The Heart of the Matter."
Stephanie Paulsell of Harvard Divinity School is aware of the crisis and has made a compelling argument that churches have the potential of helping to relieve it. Here is a taste of her recent piece in the Christian Century:
The American Academy of Arts and Sciences’ report urges us to reclaim
our human inheritance by supporting the humanities and committing to
literacy. We Christians can contribute to this project—after all,
reading, critical thinking and creativity are part of our Christian
inheritance. As we read, we can make sure that we listen for a verse
that strikes a deep chord, collect the sentences that sparkle, and hold
them up to each other’s light, letting each illuminate the other.
In To the Lighthouse,
Virginia Woolf describes the gift of the artist as the capacity to
“choose out the elements of things and place them together,” making of
these bits and pieces “a globed compacted thing, over which thought
lingers and love plays.” This is our work as Christians too.
Congregations do this when they gather for worship. Preachers do it when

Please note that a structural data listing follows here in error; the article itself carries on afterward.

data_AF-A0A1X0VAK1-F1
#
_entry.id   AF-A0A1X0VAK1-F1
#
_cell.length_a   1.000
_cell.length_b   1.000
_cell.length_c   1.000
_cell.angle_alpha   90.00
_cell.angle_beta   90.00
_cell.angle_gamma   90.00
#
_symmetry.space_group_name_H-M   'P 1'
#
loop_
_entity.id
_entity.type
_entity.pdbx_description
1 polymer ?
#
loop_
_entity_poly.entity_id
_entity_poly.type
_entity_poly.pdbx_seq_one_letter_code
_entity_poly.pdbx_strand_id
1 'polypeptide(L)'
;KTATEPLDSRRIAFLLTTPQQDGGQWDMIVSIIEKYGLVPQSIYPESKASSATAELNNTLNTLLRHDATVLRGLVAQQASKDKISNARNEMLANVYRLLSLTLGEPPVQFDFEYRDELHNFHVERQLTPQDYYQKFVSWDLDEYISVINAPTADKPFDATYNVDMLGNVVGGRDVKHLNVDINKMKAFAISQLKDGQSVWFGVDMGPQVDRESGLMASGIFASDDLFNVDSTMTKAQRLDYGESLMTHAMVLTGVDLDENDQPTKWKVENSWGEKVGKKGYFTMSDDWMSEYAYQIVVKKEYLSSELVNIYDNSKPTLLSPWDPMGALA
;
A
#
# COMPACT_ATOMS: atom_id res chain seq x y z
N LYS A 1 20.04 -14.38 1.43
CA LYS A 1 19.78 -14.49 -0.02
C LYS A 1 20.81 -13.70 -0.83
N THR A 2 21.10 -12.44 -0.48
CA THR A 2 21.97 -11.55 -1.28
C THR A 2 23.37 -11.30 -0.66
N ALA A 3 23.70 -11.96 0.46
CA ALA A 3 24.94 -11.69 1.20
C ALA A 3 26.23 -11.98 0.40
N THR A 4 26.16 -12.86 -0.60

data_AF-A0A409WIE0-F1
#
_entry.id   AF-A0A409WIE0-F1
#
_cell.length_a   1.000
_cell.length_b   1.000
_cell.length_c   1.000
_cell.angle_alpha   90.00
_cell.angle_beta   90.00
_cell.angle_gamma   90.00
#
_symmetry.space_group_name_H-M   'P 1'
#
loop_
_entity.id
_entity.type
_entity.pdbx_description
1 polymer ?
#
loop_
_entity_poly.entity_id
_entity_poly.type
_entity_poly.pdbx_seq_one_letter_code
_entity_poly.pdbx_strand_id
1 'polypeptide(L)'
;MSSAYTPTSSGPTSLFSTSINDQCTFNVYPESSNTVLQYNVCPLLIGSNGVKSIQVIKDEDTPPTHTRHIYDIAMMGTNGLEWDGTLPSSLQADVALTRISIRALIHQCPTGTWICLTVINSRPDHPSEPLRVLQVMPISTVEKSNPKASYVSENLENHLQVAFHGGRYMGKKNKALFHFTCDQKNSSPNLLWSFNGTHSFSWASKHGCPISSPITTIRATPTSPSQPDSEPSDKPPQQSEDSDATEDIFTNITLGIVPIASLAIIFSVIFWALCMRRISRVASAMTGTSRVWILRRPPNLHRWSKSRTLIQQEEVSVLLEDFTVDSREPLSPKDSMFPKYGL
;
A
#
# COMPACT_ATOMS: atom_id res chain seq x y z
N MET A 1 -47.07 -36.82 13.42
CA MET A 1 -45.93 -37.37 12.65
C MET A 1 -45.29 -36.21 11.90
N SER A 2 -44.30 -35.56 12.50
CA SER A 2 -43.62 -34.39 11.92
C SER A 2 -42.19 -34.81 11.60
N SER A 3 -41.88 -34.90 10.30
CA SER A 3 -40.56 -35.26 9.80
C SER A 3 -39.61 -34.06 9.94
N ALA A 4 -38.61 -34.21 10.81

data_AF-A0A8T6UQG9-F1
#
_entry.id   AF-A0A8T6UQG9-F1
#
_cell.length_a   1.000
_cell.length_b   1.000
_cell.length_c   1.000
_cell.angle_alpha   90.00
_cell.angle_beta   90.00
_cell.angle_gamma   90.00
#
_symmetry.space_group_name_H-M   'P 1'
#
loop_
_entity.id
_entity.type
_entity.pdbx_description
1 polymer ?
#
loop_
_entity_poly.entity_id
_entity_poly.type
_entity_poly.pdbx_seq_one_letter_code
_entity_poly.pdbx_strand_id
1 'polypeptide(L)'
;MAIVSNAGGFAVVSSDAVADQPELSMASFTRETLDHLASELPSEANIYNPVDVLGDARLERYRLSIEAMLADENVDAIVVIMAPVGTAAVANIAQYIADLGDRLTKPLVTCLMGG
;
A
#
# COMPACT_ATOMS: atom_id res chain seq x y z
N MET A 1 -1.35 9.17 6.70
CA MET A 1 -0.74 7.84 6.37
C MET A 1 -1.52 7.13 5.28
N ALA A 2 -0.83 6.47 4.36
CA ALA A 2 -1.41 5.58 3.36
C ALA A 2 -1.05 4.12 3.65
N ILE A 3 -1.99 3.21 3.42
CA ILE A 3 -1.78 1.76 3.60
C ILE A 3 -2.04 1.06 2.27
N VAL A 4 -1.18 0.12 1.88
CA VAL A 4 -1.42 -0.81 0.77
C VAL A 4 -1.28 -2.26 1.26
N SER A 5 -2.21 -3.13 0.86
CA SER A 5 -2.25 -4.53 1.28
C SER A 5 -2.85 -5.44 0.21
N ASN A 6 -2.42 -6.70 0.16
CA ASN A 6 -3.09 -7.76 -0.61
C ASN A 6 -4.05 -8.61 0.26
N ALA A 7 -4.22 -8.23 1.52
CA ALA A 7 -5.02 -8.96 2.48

they write a sermon. Is this practice shareable across the boundaries
of religion? How might we contribute to the strengthening of these
humanistic practices both in our faith communities and beyond?
Paulsell is absolutely correct. Spiritual disciplines have a deeply humanistic dimension to them. I would even go a step further. As I argue in my forthcoming (September) Why Study History: Reflecting on the Importance of the Past, churches can be spaces for humanistic reflection on matters related to literature, history, philosophy, etc.... While I realize that the primary purpose of congregations is to promote the Kingdom of God and bear witness to the Gospel of Jesus Christ in the world, they can also, secondarily, be spaces where Christian intellectual life can flourish.
Pastors: what are you doing to teach your congregations to worship God with their minds?